The Wikipedia article is more technically correct, in that the term RNN is formally taken to mean "a neural network with recurrent connections", and that includes many architectures that match this description, including LSTMs.
However, it is also common to see "RNN" used as a short-hand for a kind of "Vanilla RNN" or "basic RNN", where one or more layers have weights connecting the layer to itself (its own activations from $t-1$ are concatenated to the external inputs at $t$), and there are no other gates or special combinations, just those recurrent connections.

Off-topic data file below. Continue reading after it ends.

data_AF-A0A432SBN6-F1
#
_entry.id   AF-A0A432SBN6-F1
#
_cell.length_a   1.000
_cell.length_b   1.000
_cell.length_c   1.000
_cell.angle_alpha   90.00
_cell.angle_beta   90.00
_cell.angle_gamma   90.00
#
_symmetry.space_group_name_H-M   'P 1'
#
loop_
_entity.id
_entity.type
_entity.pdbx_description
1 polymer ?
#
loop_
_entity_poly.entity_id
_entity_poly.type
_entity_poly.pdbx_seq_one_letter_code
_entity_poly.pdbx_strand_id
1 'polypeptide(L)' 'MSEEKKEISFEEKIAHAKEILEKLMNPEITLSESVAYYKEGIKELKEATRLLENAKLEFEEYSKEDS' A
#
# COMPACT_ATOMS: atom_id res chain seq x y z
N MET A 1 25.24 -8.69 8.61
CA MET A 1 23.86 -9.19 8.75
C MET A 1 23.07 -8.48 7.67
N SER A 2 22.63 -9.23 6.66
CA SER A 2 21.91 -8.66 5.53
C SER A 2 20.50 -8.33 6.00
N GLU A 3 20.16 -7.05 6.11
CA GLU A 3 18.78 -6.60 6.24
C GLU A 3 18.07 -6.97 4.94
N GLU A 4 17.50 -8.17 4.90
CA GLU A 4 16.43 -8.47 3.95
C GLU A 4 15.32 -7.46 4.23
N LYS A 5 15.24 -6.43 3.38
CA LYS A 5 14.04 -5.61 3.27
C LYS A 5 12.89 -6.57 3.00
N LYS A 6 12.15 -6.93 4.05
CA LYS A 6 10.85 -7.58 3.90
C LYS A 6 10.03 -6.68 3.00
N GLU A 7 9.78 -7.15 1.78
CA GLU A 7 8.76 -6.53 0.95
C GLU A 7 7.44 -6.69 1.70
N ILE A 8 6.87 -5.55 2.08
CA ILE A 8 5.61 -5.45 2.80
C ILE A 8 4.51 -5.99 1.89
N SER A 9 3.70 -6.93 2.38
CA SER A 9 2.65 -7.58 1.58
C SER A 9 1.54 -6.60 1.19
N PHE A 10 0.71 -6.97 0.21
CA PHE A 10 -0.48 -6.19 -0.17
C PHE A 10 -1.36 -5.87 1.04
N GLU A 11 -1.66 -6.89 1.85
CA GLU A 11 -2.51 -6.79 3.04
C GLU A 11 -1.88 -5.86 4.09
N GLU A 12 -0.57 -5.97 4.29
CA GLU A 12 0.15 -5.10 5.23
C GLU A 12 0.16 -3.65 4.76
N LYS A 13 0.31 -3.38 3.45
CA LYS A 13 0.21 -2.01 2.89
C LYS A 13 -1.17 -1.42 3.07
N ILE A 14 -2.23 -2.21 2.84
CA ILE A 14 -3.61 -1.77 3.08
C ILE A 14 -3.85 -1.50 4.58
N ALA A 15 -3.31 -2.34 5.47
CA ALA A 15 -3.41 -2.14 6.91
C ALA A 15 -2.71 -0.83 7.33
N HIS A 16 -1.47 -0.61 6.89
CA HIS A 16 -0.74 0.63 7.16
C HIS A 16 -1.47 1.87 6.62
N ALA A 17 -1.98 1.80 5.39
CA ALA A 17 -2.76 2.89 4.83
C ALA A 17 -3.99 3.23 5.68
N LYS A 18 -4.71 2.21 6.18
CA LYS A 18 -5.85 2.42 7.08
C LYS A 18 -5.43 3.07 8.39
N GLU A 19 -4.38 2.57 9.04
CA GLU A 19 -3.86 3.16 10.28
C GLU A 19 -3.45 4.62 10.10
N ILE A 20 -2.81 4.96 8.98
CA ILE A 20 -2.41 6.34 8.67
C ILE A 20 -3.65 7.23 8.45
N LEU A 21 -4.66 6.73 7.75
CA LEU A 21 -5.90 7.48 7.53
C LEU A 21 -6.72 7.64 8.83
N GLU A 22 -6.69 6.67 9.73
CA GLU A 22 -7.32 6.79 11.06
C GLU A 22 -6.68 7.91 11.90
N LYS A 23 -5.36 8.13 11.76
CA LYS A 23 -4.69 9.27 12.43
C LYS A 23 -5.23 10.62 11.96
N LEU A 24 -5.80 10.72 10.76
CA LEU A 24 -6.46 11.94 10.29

Oddly, this basic layer-based RNN archtecture is not listed in all the options on the Wikipedia page on RNNs - probably the closest are Elman networks and Jordan networks which are ways to implement the recurrent connection. It is a valid architecture choice, and can be effective. The LSTM and GRU architectures improve on it in terms of handling longer sequences and preserving important signals over them when training (e.g. matching a starting and ending quote in text processing).